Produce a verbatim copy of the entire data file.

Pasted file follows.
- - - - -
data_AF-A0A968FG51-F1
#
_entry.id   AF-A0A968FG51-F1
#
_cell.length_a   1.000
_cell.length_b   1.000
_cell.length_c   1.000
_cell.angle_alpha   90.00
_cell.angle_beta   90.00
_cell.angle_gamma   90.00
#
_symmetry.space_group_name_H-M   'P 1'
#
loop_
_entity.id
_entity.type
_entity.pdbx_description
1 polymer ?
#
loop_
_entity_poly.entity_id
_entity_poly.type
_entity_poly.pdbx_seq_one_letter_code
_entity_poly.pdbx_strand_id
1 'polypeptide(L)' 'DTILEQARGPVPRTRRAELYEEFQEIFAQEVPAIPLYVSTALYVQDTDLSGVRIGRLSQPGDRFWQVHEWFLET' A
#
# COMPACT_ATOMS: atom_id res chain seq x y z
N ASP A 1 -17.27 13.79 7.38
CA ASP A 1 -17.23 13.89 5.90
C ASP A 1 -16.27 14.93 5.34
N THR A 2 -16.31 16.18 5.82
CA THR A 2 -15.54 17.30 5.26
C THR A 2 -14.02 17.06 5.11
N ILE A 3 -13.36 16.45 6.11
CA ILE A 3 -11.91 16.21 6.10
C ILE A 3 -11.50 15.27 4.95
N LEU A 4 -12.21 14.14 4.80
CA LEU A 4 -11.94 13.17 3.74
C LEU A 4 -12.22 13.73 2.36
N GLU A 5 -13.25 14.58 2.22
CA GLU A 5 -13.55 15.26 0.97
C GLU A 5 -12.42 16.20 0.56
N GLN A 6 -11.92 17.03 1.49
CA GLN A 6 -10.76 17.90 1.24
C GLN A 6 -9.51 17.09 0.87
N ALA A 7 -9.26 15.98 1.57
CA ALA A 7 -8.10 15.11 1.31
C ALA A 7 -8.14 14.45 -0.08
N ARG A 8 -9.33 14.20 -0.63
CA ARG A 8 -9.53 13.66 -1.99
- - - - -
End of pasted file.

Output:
data_AF-A0A968FG51-F1
#
_entry.id   AF-A0A968FG51-F1
#
_cell.length_a   1.000
_cell.length_b   1.000
_cell.length_c   1.000
_cell.angle_alpha   90.00
_cell.angle_beta   90.00
_cell.angle_gamma   90.00
#
_symmetry.space_group_name_H-M   'P 1'
#
loop_
_entity.id
_entity.type
_entity.pdbx_description
1 polymer ?
#
loop_
_entity_poly.entity_id
_entity_poly.type
_entity_poly.pdbx_seq_one_letter_code
_entity_poly.pdbx_strand_id
1 'polypeptide(L)' 'DTILEQARGPVPRTRRAELYEEFQEIFAQEVPAIPLYVSTALYVQDTDLSGVRIGRLSQPGDRFWQVHEWFLET' A
#
# COMPACT_ATOMS: atom_id res chain seq x y z
N ASP A 1 -17.27 13.79 7.38
CA ASP A 1 -17.23 13.89 5.90
C ASP A 1 -16.27 14.93 5.34
N THR A 2 -16.31 16.18 5.82
CA THR A 2 -15.54 17.30 5.26
C THR A 2 -14.02 17.06 5.11
N ILE A 3 -13.36 16.45 6.11
CA ILE A 3 -11.91 16.21 6.10
C ILE A 3 -11.50 15.27 4.95
N LEU A 4 -12.21 14.14 4.80
CA LEU A 4 -11.94 13.17 3.74
C LEU A 4 -12.22 13.73 2.36
N GLU A 5 -13.25 14.58 2.22
CA GLU A 5 -13.55 15.26 0.97
C GLU A 5 -12.42 16.20 0.56
N GLN A 6 -11.92 17.03 1.49
CA GLN A 6 -10.76 17.90 1.24
C GLN A 6 -9.51 17.09 0.87
N ALA A 7 -9.26 15.98 1.57
CA ALA A 7 -8.10 15.11 1.31
C ALA A 7 -8.14 14.45 -0.08
N ARG A 8 -9.33 14.20 -0.63
CA ARG A 8 -9.53 13.66 -1.99